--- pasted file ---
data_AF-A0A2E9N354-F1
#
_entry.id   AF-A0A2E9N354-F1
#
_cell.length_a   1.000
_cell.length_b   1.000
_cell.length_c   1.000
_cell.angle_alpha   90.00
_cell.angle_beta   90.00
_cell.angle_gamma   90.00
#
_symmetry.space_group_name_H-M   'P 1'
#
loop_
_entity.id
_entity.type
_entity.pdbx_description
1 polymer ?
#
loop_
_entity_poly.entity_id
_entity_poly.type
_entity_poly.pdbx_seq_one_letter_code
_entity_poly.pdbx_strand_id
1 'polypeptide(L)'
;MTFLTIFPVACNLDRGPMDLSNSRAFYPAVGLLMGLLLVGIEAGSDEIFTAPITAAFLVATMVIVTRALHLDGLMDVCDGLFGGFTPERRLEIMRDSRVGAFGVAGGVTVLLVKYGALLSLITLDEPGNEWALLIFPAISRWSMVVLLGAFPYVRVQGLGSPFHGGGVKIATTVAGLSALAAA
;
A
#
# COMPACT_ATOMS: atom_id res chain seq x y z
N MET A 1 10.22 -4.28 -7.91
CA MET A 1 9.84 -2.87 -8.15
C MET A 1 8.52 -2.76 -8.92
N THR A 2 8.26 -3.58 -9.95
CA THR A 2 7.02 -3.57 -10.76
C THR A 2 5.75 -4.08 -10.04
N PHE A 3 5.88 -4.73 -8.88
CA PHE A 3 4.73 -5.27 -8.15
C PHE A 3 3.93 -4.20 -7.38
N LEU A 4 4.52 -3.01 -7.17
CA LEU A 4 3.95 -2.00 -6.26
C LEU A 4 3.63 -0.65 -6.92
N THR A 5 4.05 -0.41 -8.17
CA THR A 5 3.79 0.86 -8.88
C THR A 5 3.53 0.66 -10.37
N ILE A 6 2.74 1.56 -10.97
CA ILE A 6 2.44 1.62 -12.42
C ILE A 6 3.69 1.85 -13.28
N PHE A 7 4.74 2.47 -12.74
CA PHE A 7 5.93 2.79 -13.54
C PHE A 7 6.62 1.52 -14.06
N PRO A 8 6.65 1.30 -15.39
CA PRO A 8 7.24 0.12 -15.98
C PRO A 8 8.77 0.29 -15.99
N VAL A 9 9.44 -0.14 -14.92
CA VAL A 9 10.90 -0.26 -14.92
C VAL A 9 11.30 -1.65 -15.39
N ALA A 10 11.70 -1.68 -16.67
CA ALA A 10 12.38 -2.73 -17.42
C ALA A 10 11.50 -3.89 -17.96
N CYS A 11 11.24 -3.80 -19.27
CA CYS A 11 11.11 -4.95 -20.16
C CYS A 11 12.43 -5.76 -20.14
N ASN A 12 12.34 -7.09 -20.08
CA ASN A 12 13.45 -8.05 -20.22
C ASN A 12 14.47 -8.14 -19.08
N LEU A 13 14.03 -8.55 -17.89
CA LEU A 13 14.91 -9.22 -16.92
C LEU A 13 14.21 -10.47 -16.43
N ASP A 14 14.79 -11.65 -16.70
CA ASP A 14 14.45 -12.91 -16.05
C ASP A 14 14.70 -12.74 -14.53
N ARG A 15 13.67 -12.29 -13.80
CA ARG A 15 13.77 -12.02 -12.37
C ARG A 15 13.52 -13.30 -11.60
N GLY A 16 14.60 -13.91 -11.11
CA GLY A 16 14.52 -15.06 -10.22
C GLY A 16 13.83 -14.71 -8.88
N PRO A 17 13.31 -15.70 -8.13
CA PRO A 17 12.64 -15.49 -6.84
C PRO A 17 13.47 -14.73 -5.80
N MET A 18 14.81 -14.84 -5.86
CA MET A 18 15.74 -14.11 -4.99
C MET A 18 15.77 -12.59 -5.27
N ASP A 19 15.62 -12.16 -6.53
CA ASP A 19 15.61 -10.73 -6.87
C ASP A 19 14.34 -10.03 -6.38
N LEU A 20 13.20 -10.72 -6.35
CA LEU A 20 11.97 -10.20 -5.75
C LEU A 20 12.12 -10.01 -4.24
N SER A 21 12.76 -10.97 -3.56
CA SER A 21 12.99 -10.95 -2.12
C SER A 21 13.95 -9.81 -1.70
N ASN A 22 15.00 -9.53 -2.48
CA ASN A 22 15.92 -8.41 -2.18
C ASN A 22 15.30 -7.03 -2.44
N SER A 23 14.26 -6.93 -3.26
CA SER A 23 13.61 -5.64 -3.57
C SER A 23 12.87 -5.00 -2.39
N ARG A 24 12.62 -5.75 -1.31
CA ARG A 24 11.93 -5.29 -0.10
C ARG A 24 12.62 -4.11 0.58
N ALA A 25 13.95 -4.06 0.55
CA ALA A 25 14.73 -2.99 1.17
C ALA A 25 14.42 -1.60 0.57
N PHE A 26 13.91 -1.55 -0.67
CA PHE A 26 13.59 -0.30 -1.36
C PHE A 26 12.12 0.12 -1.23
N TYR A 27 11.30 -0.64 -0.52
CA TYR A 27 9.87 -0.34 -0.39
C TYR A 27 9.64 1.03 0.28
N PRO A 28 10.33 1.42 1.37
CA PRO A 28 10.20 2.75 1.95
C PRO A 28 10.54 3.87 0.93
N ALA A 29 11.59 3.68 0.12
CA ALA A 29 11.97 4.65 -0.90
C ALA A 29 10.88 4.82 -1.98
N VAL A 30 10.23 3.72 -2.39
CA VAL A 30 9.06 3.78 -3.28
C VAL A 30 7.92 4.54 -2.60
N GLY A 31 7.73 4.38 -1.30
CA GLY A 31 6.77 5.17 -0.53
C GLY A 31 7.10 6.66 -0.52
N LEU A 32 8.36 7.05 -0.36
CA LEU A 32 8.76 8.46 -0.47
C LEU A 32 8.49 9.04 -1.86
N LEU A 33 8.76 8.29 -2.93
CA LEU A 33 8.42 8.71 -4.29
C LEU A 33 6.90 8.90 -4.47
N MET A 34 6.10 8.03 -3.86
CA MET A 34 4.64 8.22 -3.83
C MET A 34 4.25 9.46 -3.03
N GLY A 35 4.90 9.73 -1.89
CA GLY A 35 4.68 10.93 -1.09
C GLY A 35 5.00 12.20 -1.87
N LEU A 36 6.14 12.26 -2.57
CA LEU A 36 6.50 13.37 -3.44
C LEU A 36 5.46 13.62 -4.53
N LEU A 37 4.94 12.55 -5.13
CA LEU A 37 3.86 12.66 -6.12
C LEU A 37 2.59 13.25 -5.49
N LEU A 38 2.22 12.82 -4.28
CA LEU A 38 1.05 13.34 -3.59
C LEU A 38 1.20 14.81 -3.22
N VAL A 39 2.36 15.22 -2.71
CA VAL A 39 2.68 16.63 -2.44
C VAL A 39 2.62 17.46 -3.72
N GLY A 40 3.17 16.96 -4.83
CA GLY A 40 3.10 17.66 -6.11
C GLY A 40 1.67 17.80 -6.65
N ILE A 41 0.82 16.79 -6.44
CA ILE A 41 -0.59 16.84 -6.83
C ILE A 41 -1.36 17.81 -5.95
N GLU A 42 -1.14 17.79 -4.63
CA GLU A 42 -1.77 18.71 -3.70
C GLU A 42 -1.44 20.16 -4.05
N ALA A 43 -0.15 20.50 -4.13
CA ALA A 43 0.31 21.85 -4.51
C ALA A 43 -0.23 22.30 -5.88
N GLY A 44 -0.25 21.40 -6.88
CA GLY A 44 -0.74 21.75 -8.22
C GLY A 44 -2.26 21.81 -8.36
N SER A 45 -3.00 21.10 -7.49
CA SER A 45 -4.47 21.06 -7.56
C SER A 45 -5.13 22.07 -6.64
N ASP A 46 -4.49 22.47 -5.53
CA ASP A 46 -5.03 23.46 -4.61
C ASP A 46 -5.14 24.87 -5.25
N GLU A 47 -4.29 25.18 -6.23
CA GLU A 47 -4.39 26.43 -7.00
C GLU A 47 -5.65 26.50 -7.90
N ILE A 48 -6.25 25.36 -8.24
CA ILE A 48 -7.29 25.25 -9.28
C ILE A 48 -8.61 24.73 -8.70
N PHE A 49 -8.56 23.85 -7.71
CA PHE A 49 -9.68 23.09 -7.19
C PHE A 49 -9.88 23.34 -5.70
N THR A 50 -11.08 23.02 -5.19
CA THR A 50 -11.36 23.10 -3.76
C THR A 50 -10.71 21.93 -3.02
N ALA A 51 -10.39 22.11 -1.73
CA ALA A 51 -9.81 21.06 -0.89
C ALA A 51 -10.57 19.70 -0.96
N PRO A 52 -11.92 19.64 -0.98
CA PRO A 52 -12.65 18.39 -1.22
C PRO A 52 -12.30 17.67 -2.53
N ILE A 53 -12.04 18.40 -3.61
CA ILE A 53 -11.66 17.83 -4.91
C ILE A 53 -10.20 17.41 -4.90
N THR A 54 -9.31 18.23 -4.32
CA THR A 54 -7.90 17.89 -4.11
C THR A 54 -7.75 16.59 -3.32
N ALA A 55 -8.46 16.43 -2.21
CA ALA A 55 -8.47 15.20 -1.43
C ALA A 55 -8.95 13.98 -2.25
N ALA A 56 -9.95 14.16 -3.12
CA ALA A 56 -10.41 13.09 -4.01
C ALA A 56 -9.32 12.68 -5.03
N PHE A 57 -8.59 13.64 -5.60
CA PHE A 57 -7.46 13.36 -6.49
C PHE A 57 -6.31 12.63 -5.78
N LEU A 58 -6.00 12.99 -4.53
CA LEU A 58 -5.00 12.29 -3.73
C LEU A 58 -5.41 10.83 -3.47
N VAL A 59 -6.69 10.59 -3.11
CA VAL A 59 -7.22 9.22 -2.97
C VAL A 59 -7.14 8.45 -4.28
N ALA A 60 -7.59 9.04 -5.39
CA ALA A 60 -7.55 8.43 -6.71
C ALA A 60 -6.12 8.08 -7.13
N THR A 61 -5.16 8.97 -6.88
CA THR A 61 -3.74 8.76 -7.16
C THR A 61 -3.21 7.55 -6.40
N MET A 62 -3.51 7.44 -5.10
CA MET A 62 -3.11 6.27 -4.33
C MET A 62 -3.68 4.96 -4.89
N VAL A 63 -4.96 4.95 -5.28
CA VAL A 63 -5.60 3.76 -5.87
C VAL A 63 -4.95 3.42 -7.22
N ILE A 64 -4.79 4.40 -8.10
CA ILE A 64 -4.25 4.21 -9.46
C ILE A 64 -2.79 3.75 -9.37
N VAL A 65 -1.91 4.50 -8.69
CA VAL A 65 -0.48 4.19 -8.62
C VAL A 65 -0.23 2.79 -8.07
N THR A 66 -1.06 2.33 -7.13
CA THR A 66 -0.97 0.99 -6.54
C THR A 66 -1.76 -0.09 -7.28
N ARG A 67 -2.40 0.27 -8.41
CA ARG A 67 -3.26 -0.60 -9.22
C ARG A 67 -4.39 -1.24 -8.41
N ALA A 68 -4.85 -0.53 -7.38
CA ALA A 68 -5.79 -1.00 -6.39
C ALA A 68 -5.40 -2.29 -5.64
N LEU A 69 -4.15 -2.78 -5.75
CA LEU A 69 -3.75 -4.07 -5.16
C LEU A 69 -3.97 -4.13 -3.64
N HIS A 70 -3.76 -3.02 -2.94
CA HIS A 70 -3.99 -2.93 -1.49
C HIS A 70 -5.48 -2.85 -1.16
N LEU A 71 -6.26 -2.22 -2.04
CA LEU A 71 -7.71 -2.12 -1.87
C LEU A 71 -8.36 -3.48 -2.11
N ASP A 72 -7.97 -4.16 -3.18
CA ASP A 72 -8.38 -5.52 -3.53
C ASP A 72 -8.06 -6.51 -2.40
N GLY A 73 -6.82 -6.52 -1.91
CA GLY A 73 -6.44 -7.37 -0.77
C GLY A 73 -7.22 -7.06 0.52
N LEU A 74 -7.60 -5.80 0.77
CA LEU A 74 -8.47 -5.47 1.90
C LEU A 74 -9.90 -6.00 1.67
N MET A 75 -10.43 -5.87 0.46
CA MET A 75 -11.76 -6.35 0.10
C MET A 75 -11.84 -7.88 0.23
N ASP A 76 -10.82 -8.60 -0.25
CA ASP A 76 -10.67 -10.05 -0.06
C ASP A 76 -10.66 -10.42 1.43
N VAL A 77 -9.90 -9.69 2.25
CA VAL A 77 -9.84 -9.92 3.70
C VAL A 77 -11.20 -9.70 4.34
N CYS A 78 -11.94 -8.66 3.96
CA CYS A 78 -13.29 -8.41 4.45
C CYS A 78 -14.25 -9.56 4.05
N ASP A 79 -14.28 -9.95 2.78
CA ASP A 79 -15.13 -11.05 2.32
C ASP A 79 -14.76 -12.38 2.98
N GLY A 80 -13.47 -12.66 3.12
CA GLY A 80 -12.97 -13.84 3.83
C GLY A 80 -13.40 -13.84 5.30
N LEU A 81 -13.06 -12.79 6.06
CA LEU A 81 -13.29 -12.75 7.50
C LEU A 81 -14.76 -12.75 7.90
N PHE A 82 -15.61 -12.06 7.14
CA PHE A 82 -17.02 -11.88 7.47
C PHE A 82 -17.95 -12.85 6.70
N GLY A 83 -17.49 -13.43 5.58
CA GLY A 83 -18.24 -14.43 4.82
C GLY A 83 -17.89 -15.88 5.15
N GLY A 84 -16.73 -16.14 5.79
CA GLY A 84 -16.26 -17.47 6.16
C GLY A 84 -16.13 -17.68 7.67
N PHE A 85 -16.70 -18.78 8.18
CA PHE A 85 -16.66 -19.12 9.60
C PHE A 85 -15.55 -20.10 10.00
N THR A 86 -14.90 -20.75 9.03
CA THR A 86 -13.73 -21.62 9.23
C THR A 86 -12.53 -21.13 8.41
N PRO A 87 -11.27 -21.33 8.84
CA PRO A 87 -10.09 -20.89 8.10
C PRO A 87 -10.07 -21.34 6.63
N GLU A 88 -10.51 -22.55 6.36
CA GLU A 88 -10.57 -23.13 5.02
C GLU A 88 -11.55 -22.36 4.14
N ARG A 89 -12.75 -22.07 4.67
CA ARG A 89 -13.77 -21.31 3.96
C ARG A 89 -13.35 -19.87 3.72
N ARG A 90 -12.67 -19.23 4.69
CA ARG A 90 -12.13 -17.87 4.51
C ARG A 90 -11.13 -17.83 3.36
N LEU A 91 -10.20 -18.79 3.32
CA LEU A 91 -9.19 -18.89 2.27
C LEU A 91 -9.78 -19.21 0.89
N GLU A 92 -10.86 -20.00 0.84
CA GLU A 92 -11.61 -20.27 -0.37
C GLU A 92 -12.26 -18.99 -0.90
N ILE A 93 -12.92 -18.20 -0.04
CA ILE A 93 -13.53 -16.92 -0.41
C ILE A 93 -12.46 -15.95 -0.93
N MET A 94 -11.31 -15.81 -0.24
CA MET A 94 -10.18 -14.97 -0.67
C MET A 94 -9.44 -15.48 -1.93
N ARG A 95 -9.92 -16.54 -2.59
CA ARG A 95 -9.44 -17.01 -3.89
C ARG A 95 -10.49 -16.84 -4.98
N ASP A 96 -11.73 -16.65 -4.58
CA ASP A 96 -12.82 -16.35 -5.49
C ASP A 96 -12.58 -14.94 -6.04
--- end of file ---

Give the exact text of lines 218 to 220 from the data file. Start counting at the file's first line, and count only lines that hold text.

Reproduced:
CA VAL A 63 -5.60 3.76 -5.87
C VAL A 63 -4.95 3.42 -7.22
N ILE A 64 -4.79 4.40 -8.10